Single Shock DefibrillationStrategy• Single shock strategy continues to be recommended to improve outcome by reducing interruption of chest compressions – Monophasic 360J / Biphasic 200 J (Adult) – Monophasic / Biphasic 4J/kg (Paed)• Exception is health professional witnessed VF/VT. – Salvo of three stacked shocks (Mono 360J / Biphasic 200J; with rhythm checks between shocks) – Followed by CPR and single shock strategy if unsuccessful
PLS Principles – Keyrevisions I• Recognition that HCPs cannot reliably determine the presence of a pulse in < 10s.• Compress at least 1/3 AP diameter (Approx. 5cms in children and 4cms in infants)• Defibrillation is a single shock of 4J/kg (mono or bi). Staked shocks as per adult• IV or IO drug administration (ETT de-emphasised)• Cuffed tracheal tubes ok for short term
Newborn Resuscitation I• For uncomplicated babies, a delay in cord clamping of at least one minute from delivery is recommended• For term infants, air should be used initially.• Recommended CV ratio remains 3:1• Very prem infants should be placed in / under a polyethylene bag or sheet to the neck
Newborn Resuscitation II• Adrenaline IV dose 20-30 mcg/kg. (ET would require at least 50-100 mcg/kg to achieve a similar effect to 10 mcg/kg IV)• Infants with evolving moderate – severe hypoxic – ischaemic encephalopathy should be treated with therapeutic hypothermia following immediate resuscitation• Capnography most reliable method to confirm and continually monitor tracheal tube placement in neonates with spontaneous circulation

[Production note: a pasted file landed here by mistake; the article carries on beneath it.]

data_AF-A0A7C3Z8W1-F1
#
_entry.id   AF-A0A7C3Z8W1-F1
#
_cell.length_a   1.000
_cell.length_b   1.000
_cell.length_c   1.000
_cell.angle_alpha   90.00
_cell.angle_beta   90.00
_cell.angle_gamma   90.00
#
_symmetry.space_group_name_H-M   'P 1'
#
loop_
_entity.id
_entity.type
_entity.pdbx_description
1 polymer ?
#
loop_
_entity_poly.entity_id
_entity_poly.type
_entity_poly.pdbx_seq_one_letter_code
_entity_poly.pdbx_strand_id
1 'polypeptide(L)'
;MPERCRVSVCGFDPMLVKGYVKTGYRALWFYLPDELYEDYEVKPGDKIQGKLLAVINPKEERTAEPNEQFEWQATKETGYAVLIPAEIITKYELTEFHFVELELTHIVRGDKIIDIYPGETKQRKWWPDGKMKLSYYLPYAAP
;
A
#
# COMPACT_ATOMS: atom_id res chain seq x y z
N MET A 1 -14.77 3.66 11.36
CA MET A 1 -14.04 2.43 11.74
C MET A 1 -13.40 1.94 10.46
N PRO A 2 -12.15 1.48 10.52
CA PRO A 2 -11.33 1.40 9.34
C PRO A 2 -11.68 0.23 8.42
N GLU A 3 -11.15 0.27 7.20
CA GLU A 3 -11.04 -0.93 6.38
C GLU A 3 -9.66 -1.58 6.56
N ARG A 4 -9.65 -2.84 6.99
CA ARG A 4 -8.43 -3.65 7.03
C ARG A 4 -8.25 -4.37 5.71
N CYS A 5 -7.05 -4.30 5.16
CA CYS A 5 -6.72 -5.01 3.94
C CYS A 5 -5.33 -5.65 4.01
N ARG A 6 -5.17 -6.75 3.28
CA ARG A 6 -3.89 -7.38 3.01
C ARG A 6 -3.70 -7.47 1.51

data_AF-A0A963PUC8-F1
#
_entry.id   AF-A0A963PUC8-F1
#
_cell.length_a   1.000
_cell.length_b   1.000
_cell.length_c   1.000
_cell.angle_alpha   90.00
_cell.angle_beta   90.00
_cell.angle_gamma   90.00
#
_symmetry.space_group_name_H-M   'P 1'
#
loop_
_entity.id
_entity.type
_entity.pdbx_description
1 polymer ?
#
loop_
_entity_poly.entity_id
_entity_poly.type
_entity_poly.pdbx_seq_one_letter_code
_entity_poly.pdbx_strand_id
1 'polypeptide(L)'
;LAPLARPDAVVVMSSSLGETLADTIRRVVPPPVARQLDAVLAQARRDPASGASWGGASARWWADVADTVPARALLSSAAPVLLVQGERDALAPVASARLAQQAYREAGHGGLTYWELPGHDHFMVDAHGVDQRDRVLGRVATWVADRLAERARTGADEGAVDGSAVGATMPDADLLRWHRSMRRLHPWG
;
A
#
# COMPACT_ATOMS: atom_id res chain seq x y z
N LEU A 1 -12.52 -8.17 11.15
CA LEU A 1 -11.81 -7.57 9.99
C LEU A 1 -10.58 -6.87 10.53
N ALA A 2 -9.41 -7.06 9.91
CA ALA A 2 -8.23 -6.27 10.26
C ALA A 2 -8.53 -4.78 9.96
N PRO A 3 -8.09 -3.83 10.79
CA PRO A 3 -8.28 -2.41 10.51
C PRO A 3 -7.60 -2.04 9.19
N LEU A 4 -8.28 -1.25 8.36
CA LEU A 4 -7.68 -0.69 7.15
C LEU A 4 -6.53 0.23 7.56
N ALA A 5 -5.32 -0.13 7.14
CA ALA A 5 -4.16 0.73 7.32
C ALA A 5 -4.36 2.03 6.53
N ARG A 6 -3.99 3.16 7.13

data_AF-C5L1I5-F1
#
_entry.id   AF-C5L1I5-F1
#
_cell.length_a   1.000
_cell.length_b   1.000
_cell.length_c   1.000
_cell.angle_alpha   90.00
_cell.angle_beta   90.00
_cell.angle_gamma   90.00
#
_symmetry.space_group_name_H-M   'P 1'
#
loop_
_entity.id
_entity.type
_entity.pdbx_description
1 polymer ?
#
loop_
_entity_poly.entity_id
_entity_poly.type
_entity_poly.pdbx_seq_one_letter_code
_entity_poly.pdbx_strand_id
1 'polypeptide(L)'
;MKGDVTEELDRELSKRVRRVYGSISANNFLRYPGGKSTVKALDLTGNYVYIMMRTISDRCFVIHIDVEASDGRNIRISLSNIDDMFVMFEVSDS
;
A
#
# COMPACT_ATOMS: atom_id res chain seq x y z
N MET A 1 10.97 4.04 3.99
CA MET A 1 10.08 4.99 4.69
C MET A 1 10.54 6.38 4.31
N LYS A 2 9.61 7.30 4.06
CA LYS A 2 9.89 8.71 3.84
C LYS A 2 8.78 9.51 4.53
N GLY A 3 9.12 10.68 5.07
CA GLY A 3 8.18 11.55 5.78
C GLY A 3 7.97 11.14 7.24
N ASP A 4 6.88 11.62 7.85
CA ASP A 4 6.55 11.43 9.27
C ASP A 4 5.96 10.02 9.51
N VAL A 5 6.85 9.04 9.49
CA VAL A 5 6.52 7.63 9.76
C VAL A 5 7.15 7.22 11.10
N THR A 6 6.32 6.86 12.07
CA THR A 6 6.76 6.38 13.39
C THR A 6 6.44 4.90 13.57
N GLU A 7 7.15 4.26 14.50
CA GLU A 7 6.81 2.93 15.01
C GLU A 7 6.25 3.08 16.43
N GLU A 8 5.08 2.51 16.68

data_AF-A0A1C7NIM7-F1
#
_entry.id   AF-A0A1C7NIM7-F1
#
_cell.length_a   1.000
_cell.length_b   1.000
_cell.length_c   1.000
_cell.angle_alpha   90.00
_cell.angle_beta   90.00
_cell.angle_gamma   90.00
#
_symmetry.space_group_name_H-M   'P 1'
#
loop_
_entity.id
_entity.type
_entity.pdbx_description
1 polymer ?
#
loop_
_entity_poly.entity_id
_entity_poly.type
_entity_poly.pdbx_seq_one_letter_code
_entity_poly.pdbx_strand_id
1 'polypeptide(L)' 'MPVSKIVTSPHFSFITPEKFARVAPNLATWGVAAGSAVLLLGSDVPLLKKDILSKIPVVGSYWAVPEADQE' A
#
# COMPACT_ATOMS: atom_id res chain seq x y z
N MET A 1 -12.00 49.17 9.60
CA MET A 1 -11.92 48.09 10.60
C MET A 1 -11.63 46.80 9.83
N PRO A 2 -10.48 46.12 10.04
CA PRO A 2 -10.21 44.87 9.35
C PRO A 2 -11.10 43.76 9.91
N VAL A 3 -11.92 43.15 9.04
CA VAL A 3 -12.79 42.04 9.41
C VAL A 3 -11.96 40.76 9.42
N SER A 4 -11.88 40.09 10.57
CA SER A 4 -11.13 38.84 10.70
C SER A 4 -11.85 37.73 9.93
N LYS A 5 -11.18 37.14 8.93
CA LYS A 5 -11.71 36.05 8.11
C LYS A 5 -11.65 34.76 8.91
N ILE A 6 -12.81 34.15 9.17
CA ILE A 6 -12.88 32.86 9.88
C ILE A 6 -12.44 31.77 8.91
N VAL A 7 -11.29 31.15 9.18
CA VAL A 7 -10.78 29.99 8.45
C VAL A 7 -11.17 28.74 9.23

Defibrillation • AFIB cardioversion : Biphasic 120-200J Monophasic 200J. • AFlutter cardioversion/SVT: 50-100J either monophasic or biphasic. • If the initial cardioversion shock fails, providers should increase the dose in a stepwise fashion.
AED Use • Children 1-8yrs, pediatric dose attenuator should be used if available. Otherwise, standard AED may be used. • Infants (1<yr) a manual defibrillator is preferred over above option.
• Stable monomorphic VT responds well to monophasic or biphasic synchronized shocks at 100J.• If no response to first shock, increase dose in stepwise fashion.• Polymorphic VT is unstable as an arrest rhythm and require unsynchronized shocks.
V Fib • Shock 200 J every 2 minutes • CPR for 2 minutes while admin Rx • Ventilate, IV Epi, Amiodarone 300mg
The Rationale • True effective dose (lower or upper limit) known but doses (4J/kg-9J/kg) have been found to have no significant adverse effects.
Give Oxygen when needed • Supplementary oxygen is not needed for pts without evidence of respiratory distress or when oxyhemoglobin saturation is >93% • EMS providers administer oxygen during the initial assessment of pts with suspected ACS/ However, there is insufficient evidence to support it’s routine use in uncomplicated ACS. If the pt is dyspneic, is hypoxemic, or has obvious signs of heart failure, providers should titrate oxygen therapy to maintain O2 sat >93%